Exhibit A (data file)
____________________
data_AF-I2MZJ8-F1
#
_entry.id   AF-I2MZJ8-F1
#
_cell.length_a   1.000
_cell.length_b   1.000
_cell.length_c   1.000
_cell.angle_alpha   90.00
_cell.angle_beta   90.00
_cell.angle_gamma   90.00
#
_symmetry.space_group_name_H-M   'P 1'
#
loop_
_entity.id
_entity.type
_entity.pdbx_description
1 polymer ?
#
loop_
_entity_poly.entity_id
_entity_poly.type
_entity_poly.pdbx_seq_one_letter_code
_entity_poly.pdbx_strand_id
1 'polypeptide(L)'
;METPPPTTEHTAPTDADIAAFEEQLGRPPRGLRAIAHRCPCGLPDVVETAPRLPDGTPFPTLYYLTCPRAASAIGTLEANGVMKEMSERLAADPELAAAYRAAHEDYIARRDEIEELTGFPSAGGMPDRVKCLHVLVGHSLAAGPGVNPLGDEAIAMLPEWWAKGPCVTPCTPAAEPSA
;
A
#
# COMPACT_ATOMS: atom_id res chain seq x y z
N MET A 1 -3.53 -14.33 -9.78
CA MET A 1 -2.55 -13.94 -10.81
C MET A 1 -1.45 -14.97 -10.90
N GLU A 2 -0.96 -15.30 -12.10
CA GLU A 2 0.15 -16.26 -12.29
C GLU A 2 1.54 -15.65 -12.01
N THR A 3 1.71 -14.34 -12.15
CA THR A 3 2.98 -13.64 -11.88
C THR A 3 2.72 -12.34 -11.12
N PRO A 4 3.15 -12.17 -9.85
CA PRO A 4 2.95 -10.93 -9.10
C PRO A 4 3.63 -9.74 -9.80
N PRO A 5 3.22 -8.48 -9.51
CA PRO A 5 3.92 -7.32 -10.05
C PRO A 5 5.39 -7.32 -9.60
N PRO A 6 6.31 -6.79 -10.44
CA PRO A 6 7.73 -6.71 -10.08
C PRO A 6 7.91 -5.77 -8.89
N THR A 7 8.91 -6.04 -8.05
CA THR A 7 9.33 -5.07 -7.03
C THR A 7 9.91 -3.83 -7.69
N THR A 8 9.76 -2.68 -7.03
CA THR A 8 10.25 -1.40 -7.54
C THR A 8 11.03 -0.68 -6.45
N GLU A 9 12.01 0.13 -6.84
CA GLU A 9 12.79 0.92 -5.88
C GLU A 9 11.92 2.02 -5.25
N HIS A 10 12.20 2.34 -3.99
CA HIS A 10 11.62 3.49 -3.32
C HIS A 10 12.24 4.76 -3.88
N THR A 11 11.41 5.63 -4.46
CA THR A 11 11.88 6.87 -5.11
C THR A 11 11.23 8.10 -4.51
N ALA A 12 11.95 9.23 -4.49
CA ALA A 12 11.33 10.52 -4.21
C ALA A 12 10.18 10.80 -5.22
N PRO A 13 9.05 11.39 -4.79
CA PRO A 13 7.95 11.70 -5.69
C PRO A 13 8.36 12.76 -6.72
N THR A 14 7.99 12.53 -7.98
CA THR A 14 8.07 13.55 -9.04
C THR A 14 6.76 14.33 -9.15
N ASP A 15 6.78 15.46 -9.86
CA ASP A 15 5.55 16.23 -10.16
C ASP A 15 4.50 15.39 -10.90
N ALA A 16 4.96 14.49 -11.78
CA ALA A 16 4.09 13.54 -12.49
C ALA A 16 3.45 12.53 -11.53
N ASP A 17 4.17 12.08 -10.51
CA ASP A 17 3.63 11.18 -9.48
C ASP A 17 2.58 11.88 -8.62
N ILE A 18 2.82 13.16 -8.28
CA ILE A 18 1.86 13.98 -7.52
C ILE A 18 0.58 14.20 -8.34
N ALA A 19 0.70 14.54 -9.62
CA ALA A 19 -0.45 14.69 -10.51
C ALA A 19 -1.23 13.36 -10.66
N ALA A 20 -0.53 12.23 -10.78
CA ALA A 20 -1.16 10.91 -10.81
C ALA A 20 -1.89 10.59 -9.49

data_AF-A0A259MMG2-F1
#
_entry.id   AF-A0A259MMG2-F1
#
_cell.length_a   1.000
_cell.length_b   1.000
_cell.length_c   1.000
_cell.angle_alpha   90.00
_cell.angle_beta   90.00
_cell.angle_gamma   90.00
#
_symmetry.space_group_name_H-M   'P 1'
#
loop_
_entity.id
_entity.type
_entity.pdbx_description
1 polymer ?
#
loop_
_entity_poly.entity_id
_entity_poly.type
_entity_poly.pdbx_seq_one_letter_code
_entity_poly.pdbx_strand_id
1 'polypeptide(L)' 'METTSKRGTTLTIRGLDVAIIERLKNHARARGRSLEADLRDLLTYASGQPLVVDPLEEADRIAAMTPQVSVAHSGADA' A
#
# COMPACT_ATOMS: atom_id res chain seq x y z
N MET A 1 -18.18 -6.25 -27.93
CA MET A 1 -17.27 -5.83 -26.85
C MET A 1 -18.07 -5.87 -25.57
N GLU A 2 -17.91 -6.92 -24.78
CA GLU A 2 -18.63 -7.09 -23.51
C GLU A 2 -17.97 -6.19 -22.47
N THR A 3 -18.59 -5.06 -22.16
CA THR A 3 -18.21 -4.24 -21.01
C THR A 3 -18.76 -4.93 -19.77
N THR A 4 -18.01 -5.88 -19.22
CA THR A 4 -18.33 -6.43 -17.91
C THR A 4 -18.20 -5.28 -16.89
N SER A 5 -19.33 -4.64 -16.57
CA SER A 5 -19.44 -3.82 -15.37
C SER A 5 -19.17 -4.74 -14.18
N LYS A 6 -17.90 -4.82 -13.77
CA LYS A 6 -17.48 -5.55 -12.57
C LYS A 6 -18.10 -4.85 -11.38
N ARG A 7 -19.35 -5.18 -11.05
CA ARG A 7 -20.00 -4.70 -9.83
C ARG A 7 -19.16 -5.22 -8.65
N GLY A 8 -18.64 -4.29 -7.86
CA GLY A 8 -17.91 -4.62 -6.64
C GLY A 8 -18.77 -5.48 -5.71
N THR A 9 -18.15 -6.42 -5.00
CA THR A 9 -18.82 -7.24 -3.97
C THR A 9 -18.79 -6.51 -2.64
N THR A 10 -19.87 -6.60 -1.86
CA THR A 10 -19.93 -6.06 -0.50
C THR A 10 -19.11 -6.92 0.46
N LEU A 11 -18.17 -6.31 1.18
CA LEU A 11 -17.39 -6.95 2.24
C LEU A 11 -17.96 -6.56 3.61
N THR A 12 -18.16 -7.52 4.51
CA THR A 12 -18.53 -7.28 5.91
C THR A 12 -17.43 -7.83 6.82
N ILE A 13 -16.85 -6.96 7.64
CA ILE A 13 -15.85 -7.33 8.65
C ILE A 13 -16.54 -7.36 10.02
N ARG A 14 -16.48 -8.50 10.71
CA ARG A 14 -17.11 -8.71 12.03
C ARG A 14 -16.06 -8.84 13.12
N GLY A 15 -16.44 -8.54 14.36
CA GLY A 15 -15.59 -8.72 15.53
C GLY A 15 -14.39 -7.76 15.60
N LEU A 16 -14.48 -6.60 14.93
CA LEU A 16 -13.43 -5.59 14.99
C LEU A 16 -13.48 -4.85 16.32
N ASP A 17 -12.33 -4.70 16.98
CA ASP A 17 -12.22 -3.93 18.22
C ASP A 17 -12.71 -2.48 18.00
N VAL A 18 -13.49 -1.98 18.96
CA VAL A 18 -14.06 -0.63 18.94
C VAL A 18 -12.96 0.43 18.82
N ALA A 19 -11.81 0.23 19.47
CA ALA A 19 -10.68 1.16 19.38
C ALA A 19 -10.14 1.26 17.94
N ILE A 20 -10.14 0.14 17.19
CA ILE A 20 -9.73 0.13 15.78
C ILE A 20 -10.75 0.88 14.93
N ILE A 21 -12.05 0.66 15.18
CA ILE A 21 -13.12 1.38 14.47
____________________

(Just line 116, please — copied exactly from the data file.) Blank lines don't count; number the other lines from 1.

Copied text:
#